A third of the collection housed by the Columbus State Archives has received water damage from a broken pipe
On Sunday, Sept. 3, a roof drain above the Simon Schwob Memorial library on main campus burst causing water damage to a major portion of the CSU archives located on the third floor.
The water was discovered that morning by David Owings, an archivist for the department, who said that about a third of the records had been damaged. Owings and the rest of the archives staff are currently working alongside a professional restoration company to repair the damaged records, a process he said may take weeks.
These collections received the worst damage:
First Presbyterian Church Records (includes minute books dating back to the 1800s)
Metro Columbus Urban League Collection (documenting decades of local African American history)
AC Smith Collection (Smith was a local historian and collector whose collection has some of the most important documents for understanding Columbus and its history)
John Lupold Research Collection (similar to Smith, perhaps the preeminent local history scholar)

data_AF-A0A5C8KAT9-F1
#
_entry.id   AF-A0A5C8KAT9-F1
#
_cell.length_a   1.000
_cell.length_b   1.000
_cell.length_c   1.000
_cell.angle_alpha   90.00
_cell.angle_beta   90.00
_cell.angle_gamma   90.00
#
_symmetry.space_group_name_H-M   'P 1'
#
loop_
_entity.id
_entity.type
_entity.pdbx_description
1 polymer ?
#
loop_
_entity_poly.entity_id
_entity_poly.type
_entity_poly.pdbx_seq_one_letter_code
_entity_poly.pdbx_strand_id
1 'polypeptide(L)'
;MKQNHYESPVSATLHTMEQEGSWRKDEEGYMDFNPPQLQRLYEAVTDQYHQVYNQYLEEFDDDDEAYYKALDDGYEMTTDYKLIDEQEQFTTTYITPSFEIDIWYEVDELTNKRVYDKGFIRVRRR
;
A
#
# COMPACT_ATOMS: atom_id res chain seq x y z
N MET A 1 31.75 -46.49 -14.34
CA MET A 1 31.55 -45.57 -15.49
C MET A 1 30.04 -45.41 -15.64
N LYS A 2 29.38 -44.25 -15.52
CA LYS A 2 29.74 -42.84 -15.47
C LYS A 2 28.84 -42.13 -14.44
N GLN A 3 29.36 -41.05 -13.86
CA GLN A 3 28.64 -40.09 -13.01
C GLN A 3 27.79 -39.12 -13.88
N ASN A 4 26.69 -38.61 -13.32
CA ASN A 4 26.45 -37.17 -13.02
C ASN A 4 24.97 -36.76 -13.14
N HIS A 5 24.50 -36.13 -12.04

International Trombone Association (mostly vinyl recordings that got wet)
Columbus State University Records
The wettest material has been moved into an enclosed dehumidification chamber to draw out the moisture.
“We are taking this very seriously and will do everything we can to save what was damaged,” wrote Owings in a press release. “The vast majority of our collections are truly unique, not existing anywhere else; we have the only copy in existence.
Owings added that while many items in the archive may not have high monetary value, their "research value and contribution to scholarship cannot be understated."
The Archives serves as a repository for items documenting not only the history of CSU, but the city of Columbus as well as the broader Chattahoochee Valley area and houses over 5,000 linear feet of Archival material in a variety of formats including maps, architectural drawings, photographs, audio recordings, and video recordings.
In addition to the drain that failed in Archives, the one directly in front of the elevators also failed. Archival staff are worried that with the arrival of Hurricane Irma other third floor drains may fail. They have taken precautionary steps by covering collections with plastic in hopes of preventing additional damage.
University officials told Owings they plan to have all roof drains inspected and secured before the storm arrives this weekend.
More pictures of the damage are available on The Saber's Facebook page.
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